So what about Marvel? They’ve got young titles, right? They must have some new properties in there. Let’s see, what’s been around less than a year or two? Excalibur, She-Hulk, Astonishing X-Men, Ultimate Fantastic Four, New X-Men: Academy X, Gambit, X-Men Unlimited, Marvel Age Spider-Man, X-Men Go Hawaiian… ooh, here it is! Runaways.

Here’s a product with no overt ties to any preexisting Marvel property — a bunch of teenagers who find out their parents are supervillains and go on the run. A simple concept, one well-loved, well-executed and well on its way to being cancelled.

Or is it?

In an uncharacteristic show of good sense, Marvel is giving this struggling remnant of the Tsunami line another chance as a “Season Two,” the same trick Wildstorm is playing with Sleeper. Now if only someone could persuade them to do a Sentinel Season Two (it’s loosely connected to the X-Men corner of the Marvel Universe, but it’s really a strong standalone comic), I would start giving Marvel a lot more credit for creativity.

I know we’re reluctant to drop money on an untested property. There are a lot of comics, after all. But next time you’re at the comic shop, look over your pull folder and see what you’ve got in there. Look at those 17 X-Men comics, nine of which suck. Then look at some of these new titles you’ve never tried, never heard of and don’t have an opinion about… yet.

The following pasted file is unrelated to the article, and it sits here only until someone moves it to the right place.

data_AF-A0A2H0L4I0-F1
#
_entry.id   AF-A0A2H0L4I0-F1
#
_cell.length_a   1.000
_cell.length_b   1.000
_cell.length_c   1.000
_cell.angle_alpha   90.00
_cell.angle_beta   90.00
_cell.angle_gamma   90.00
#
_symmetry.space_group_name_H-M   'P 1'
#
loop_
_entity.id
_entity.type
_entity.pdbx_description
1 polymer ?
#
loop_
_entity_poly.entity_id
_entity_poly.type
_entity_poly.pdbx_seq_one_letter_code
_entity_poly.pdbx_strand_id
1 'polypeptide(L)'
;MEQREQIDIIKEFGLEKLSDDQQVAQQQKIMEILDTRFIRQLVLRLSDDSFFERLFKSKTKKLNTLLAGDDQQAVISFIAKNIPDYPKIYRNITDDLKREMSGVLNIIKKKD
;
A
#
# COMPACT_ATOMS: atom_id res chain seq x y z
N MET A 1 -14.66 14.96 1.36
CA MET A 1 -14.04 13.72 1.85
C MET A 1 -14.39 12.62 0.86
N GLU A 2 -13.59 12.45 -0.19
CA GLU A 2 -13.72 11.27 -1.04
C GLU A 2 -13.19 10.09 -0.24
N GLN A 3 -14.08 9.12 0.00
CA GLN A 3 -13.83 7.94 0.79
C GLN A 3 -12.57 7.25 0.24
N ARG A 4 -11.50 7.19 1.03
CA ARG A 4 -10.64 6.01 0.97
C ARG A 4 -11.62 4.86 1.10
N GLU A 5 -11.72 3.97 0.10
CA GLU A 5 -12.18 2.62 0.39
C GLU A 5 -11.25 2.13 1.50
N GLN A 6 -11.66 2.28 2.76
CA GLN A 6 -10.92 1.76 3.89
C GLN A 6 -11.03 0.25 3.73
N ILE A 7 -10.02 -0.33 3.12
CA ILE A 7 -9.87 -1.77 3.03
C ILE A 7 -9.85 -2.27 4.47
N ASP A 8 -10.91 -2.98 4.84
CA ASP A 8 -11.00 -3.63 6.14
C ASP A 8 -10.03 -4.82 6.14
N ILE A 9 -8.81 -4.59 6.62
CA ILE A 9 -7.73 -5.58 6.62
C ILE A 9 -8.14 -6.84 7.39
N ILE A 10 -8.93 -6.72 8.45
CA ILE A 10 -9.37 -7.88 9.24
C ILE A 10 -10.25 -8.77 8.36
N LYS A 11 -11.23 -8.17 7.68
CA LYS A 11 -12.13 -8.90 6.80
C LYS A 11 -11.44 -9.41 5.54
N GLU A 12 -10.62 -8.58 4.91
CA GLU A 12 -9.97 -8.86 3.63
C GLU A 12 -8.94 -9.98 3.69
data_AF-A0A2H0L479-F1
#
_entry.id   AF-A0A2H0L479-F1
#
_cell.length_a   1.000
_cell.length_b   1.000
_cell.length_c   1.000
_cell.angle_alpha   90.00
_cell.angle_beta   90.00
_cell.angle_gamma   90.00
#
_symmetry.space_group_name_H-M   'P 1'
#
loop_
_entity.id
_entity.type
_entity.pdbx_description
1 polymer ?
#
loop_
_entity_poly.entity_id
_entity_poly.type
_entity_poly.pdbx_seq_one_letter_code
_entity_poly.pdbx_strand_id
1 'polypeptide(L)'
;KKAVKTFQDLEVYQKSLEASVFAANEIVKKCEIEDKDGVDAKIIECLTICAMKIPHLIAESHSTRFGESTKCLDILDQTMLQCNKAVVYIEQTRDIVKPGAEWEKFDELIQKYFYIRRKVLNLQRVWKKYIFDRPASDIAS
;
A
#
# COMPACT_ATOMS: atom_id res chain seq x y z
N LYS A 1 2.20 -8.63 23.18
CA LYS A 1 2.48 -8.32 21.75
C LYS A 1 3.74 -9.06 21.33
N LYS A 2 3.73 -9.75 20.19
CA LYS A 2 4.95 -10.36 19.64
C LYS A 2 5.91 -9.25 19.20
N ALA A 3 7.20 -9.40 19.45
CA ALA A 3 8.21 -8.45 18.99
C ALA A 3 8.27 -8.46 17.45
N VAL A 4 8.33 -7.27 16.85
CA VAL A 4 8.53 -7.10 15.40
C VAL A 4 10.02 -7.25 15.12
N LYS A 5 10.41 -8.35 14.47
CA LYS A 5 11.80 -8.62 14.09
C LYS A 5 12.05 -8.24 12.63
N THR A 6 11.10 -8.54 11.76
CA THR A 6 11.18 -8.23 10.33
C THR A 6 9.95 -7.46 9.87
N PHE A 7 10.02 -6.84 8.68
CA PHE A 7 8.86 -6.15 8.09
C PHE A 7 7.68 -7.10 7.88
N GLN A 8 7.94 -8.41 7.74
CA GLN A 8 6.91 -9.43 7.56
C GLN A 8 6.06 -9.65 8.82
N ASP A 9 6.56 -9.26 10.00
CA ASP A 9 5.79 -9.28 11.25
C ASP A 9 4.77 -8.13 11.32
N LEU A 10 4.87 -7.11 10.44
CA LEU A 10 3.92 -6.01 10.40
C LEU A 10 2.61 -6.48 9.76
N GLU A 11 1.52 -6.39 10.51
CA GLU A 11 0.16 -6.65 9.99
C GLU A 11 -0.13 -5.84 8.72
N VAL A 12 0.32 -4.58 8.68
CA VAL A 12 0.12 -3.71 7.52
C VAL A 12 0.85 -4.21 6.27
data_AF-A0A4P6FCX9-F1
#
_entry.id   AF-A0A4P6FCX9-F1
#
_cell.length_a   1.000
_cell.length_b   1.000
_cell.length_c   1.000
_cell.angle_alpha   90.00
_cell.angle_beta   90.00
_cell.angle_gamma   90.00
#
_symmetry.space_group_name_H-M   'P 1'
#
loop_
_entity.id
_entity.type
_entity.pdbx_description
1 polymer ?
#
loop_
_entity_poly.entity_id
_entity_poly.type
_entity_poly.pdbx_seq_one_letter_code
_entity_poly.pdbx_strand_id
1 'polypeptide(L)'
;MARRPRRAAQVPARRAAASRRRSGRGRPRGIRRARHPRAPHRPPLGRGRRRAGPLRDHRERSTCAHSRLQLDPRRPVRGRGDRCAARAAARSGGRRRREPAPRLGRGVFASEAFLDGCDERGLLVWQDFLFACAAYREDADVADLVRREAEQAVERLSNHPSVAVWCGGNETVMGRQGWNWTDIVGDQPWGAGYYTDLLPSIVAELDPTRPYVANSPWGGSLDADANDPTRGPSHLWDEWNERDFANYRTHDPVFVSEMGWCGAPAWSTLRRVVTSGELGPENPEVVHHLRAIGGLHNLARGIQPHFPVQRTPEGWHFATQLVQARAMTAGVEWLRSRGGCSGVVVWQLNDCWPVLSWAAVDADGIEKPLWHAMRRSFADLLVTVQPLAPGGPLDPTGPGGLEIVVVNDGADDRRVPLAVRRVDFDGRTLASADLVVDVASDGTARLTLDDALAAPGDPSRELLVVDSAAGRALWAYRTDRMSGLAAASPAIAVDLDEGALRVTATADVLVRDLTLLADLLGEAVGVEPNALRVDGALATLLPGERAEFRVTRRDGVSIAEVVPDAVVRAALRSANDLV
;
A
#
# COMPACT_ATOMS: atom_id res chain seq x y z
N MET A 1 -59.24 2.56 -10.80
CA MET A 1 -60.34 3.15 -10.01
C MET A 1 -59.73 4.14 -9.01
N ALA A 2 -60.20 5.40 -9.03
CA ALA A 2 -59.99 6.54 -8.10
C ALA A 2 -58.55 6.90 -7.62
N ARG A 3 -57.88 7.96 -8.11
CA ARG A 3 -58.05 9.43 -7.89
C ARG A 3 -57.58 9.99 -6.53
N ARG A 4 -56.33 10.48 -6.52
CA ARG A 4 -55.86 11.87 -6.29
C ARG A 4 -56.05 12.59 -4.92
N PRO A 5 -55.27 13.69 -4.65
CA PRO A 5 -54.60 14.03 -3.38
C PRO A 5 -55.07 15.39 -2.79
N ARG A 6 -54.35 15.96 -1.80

And give something new a try.

FAVORITE OF THE WEEK: October 27, 2004

Solo #1 actually kind of fits into the discussion of new titles, which is what got me thinking along those lines in the first place. While it’s not exactly a new property, it is a new concept, an anthology title that DC Comics deserves a lot of credit for giving a chance. Each issue of this comic will feature a single artist given free reign to tell stories, alone or with writers, with established characters or with worlds of their own. Tim Sale took the challenge first, giving us really good takes on Catwoman, Batman, Supergirl and Superman, along with a few other stories, helped out by the likes of Jeph Loeb, Diana Schutz and Brian Azzarello. The quality of each issue of this title will no doubt depend on how good each featured artist is, but this opening installment was flat-out excellent. Fans of Batman: The Long Halloween and Superman For All Seasons should definitely give this book a shot.

Blake M. Petit is the author of the superhero comedy novel, Other People’s Heroes, the suspense novel The Beginner and the Christmas-themed eBook A Long November. He’s also the co-host, with whoever the hell is available that week, of the 2 in 1 Showcase Podcast and the weekly audio fiction podcast Blake M. Petit’s Evercast. E-mail him at BlakeMPetit@gmail.com and visit him on the web at Evertime Realms. Read past columns at the Everything But Imaginary Archive Page, and check out his new experiment in serial fiction at Tales of the Curtain.